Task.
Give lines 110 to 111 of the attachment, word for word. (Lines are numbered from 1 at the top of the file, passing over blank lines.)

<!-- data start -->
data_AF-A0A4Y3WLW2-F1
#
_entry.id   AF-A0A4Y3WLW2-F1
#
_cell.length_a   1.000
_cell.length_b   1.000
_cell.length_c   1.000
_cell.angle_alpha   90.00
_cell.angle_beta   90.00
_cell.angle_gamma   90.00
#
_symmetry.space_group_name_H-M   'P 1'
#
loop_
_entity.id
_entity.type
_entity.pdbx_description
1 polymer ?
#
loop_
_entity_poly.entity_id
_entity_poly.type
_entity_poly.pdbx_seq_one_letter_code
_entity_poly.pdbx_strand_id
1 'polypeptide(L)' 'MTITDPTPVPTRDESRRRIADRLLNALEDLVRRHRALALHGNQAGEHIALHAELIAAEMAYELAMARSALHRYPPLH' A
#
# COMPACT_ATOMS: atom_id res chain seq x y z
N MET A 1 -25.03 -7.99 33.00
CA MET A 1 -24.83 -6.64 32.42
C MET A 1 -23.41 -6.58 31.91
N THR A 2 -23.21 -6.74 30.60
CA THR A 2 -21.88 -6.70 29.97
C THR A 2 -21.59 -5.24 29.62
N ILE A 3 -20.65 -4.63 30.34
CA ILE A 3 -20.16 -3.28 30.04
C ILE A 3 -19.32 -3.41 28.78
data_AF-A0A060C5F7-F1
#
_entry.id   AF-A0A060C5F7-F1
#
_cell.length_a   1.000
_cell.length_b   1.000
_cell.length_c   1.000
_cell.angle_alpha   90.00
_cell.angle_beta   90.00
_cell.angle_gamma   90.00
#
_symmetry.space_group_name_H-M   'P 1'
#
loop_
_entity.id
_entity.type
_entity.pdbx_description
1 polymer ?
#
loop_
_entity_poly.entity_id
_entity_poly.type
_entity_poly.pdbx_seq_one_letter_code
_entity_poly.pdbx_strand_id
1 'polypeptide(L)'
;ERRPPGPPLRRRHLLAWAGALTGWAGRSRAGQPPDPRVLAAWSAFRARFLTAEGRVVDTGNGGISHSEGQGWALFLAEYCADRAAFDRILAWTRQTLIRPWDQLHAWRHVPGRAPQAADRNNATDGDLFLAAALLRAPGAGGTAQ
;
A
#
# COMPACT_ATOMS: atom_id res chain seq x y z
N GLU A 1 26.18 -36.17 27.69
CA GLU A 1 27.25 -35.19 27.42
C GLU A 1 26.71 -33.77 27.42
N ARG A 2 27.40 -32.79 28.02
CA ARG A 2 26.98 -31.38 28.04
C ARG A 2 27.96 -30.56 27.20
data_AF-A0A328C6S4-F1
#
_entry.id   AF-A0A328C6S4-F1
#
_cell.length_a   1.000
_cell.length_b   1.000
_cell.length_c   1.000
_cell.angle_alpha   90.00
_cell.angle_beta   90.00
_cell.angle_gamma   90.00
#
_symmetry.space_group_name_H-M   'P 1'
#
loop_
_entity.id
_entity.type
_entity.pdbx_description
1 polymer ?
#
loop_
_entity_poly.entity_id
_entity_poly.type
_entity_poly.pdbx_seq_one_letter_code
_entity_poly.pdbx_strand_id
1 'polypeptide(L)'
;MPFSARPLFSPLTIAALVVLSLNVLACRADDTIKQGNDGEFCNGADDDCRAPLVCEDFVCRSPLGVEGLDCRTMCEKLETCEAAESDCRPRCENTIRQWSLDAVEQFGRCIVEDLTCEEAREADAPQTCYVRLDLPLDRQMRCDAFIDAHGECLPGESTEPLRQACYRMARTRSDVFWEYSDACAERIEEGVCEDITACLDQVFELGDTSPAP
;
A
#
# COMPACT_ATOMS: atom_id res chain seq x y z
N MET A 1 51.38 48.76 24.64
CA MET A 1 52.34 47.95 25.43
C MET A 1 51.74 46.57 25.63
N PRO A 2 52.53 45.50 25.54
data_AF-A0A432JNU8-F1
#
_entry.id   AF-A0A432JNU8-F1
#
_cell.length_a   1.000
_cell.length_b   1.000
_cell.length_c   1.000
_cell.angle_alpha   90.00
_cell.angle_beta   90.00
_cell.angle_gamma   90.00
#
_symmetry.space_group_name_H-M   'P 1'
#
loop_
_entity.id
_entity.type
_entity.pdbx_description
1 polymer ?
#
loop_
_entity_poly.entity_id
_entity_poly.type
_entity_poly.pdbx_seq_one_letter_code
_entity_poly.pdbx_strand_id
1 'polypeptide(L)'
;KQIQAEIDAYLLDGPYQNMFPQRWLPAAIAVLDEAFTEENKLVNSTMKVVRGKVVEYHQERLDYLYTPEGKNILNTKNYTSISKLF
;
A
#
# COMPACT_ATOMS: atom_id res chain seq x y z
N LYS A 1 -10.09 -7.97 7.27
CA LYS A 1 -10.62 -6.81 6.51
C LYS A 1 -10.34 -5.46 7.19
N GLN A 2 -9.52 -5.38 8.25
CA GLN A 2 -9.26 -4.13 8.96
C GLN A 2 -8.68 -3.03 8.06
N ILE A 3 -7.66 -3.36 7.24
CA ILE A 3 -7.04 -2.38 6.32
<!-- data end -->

#
_cell.length_a   1.000